I was perfectly happy when my advisor suggested I take Cultural Anthropology, as it checked off four different requirements for my degree and was a freshman level class. (I’m a senior, majoring in history.)
Today we had our first class. One major point of today’s introduction was that anthropology covers all times and areas where humans have existed and do exist. Studying some aspect of today’s humanity is just as valid a branch as studying a long-dead civilization.
The idea that humanity consists of many very different cultures fascinates me. Some of the best SciFi out there begins with a civilization that is vastly different from any society known on Earth, such as Ursula K. LeGuinn’s The Left Hand of Darkness or Larry Niven and Jerry Pournelle’s The Mote in God’s Eye. Many stories (and they’re good stories) simply extrapolate the author’s own society, adding in some advanced tech.
Worldbuilding should involve the development of the characters’ culture, society, and political structure. The more different the society is from the familiar, the bigger the challenge for the author.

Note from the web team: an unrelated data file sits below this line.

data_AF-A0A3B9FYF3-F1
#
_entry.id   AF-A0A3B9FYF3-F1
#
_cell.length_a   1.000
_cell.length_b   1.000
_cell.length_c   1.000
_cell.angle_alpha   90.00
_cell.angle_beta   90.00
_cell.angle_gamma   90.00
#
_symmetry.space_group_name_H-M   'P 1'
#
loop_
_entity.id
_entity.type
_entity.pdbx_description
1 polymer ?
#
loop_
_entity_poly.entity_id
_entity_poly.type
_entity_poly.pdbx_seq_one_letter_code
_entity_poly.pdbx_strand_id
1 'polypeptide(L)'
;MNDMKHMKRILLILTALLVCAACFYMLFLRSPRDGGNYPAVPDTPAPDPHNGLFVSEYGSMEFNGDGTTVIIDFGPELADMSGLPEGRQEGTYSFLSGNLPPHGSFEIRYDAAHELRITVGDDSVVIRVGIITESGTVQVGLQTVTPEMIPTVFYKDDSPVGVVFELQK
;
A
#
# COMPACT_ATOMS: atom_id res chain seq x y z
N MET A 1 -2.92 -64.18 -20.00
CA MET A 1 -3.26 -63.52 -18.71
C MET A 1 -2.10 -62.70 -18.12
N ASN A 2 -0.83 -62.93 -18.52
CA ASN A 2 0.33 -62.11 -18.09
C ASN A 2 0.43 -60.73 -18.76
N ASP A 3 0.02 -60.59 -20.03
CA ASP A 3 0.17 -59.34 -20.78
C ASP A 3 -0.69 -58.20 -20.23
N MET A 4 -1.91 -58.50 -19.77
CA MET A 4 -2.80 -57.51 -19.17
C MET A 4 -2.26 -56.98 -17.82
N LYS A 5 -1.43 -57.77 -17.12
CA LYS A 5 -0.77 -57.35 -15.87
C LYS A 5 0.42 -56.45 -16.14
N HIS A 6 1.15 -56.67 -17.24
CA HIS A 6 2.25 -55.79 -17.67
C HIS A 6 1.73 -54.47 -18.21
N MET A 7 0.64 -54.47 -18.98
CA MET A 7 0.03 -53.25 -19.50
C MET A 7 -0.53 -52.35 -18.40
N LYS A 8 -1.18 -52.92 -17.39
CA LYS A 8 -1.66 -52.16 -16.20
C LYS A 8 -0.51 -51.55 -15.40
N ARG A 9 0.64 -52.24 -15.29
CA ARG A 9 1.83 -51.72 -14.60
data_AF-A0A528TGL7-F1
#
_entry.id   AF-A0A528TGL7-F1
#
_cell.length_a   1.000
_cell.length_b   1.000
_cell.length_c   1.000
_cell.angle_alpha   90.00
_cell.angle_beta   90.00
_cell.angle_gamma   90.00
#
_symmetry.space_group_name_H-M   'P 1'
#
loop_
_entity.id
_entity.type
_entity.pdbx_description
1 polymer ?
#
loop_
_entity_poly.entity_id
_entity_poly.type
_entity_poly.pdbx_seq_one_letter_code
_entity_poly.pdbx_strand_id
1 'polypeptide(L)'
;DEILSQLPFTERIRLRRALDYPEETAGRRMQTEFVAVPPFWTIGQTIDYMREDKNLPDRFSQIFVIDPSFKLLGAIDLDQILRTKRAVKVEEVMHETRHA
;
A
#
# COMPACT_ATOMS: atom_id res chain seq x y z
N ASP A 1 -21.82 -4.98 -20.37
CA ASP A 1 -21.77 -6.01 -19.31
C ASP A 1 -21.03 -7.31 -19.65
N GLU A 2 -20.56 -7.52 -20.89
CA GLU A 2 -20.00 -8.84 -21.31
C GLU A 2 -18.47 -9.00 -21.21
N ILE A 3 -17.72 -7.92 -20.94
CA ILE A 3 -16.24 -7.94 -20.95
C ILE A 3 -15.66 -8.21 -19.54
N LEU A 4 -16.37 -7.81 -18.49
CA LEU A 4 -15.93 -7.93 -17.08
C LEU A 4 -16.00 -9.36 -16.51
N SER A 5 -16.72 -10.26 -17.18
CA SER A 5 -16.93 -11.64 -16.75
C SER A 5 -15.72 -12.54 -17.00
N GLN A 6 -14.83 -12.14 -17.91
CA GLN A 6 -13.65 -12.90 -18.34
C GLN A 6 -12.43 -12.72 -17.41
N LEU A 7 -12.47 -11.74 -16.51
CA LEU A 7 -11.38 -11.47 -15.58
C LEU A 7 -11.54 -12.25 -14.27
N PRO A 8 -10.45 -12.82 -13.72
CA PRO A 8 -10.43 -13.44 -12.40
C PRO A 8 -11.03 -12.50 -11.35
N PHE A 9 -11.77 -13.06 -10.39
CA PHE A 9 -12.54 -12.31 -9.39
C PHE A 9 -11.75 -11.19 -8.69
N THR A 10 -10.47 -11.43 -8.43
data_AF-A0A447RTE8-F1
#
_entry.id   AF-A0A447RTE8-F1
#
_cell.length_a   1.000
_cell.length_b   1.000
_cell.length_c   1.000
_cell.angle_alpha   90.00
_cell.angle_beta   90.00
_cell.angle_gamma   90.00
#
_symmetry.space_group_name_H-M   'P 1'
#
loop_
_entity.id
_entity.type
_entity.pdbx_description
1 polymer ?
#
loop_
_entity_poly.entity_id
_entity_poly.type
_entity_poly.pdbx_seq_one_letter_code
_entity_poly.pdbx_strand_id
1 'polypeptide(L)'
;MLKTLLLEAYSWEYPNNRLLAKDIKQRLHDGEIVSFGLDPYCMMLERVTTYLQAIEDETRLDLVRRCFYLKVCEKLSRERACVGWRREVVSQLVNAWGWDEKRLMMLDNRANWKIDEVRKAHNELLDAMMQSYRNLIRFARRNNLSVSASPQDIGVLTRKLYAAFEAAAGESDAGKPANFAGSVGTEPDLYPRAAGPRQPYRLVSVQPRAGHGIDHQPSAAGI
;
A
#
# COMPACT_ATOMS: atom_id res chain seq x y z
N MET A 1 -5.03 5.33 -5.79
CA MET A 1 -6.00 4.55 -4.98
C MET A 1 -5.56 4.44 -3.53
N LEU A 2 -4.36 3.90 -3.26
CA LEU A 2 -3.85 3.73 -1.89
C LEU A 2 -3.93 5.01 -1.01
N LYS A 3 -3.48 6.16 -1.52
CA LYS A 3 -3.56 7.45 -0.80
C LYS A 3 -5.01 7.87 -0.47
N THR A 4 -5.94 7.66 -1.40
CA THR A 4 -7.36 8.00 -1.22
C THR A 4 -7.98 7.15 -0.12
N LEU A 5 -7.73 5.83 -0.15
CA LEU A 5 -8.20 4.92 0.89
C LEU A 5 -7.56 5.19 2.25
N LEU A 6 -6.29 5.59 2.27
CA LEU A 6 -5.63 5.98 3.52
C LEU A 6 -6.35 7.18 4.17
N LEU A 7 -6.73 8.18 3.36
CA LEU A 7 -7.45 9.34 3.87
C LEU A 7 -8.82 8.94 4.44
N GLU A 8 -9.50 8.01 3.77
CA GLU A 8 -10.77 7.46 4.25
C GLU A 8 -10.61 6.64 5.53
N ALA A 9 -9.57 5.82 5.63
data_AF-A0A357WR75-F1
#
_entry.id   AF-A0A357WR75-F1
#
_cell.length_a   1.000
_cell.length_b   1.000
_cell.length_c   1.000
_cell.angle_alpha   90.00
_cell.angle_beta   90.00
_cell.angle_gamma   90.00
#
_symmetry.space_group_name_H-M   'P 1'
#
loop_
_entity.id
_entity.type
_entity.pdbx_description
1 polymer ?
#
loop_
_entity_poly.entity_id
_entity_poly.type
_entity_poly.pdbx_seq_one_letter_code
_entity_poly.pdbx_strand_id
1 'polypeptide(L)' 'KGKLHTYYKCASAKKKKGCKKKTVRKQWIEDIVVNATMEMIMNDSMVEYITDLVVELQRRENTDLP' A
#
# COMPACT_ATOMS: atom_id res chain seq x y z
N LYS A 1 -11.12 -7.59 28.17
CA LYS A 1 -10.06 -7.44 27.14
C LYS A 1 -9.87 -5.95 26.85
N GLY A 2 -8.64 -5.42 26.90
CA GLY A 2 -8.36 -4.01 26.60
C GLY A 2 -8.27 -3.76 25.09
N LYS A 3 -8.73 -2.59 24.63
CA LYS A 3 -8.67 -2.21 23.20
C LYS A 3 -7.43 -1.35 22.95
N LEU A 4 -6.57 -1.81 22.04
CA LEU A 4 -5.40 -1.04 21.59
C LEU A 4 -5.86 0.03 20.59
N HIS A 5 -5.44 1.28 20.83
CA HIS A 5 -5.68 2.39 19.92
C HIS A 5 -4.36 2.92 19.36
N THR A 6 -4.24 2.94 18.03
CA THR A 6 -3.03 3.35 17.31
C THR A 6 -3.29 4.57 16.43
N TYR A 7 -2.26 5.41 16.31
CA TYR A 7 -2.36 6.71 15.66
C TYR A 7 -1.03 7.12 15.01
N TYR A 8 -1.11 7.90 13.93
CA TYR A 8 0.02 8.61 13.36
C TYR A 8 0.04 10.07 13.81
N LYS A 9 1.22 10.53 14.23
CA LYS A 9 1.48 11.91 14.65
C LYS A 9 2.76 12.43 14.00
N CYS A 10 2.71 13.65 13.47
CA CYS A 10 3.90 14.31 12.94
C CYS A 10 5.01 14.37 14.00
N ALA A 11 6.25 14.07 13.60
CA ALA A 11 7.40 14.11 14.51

One of the first series I began working on as a completely built world are the Kingdom Come novels. They are primarily romance novels, set in a far-future human-colonized world. I wanted to write about relationships in a framework that was very different from the hetero-normative, primarily monogamous society I live in. Kingdom Come is polyamorous, with a traditional marriage consisting of several men and several women. I didn’t want to write kink. I didn’t want my characters to be breaking out of the traditional mold and trying something new, I wanted them to have different expectations imposed on them by their own society. On Kingdom Come, if your romantic group is small, consisting of just a few members, your friends and family will try to fix you up with other singles and small groups.
Having multiple characters in a relationship means I have more than one or two POVs. This can get complicated. I’ve experimented with a few different ways to tell the stories, from focusing on one or two characters to giving equal time to eight. I’m not sure what works best yet.
It would be interesting, not to mention make my life so much easier, if I could visit Kingdom Come and observe the relationships first-hand.
From an anthropological point of view.